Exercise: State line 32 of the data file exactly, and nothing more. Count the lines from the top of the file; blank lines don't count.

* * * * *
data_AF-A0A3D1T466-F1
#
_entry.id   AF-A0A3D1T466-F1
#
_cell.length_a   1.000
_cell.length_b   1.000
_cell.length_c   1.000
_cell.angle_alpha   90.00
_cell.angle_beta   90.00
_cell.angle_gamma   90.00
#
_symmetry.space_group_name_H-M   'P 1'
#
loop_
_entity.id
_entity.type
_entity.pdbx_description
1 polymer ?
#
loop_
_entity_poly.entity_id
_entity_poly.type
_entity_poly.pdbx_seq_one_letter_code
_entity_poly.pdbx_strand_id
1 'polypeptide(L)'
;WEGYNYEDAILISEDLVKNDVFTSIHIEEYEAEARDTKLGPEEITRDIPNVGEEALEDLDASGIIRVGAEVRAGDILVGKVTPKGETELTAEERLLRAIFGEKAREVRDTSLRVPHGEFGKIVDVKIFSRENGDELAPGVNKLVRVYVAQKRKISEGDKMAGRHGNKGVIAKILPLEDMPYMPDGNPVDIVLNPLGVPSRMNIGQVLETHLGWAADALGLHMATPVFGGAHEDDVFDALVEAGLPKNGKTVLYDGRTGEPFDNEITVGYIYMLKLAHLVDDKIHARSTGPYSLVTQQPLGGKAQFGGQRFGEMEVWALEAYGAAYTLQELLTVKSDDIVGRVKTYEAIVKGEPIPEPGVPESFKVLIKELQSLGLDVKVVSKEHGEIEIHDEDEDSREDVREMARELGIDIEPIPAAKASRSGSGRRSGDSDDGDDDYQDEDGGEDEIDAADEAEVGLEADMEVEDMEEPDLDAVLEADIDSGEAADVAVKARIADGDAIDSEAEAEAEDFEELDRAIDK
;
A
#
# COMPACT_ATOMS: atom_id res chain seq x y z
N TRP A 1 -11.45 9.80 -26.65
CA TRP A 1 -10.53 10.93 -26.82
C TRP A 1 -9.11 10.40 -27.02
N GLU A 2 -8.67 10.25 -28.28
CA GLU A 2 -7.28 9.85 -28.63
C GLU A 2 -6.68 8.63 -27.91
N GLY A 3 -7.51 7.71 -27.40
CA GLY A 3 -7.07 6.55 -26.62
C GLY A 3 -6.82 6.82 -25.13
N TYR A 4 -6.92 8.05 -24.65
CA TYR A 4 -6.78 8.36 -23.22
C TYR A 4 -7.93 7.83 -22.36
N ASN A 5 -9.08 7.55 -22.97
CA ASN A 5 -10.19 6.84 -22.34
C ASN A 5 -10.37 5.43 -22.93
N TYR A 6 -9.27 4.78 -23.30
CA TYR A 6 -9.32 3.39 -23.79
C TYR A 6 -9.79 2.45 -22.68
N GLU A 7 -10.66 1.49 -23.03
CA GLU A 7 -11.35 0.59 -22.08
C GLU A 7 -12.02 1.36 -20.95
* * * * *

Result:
CA TRP A 1 -10.53 10.93 -26.82